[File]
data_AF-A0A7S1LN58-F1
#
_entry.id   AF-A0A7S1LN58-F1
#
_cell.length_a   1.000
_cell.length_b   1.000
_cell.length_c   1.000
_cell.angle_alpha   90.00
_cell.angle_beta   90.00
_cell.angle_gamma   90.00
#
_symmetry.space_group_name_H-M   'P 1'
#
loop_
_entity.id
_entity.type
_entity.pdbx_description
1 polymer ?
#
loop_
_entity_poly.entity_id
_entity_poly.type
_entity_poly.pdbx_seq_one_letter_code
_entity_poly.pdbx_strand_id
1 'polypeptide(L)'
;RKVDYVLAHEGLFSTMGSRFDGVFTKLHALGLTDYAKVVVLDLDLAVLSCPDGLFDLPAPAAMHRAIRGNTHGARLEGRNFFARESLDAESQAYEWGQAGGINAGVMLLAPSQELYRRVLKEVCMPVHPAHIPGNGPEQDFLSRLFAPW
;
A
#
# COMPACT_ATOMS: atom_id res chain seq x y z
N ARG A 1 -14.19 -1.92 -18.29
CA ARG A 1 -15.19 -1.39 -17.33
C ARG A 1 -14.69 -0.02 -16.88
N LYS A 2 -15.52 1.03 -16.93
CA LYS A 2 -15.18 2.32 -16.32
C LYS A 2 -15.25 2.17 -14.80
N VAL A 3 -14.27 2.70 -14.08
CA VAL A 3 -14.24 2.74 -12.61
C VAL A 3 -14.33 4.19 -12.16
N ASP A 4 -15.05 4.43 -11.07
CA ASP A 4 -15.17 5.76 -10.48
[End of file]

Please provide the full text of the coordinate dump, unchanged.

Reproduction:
data_AF-A0A7S1LN58-F1
#
_entry.id   AF-A0A7S1LN58-F1
#
_cell.length_a   1.000
_cell.length_b   1.000
_cell.length_c   1.000
_cell.angle_alpha   90.00
_cell.angle_beta   90.00
_cell.angle_gamma   90.00
#
_symmetry.space_group_name_H-M   'P 1'
#
loop_
_entity.id
_entity.type
_entity.pdbx_description
1 polymer ?
#
loop_
_entity_poly.entity_id
_entity_poly.type
_entity_poly.pdbx_seq_one_letter_code
_entity_poly.pdbx_strand_id
1 'polypeptide(L)'
;RKVDYVLAHEGLFSTMGSRFDGVFTKLHALGLTDYAKVVVLDLDLAVLSCPDGLFDLPAPAAMHRAIRGNTHGARLEGRNFFARESLDAESQAYEWGQAGGINAGVMLLAPSQELYRRVLKEVCMPVHPAHIPGNGPEQDFLSRLFAPW
;
A
#
# COMPACT_ATOMS: atom_id res chain seq x y z
N ARG A 1 -14.19 -1.92 -18.29
CA ARG A 1 -15.19 -1.39 -17.33
C ARG A 1 -14.69 -0.02 -16.88
N LYS A 2 -15.52 1.03 -16.93
CA LYS A 2 -15.18 2.32 -16.32
C LYS A 2 -15.25 2.17 -14.80
N VAL A 3 -14.27 2.70 -14.08
CA VAL A 3 -14.24 2.74 -12.61
C VAL A 3 -14.33 4.19 -12.16
N ASP A 4 -15.05 4.43 -11.07
CA ASP A 4 -15.17 5.76 -10.48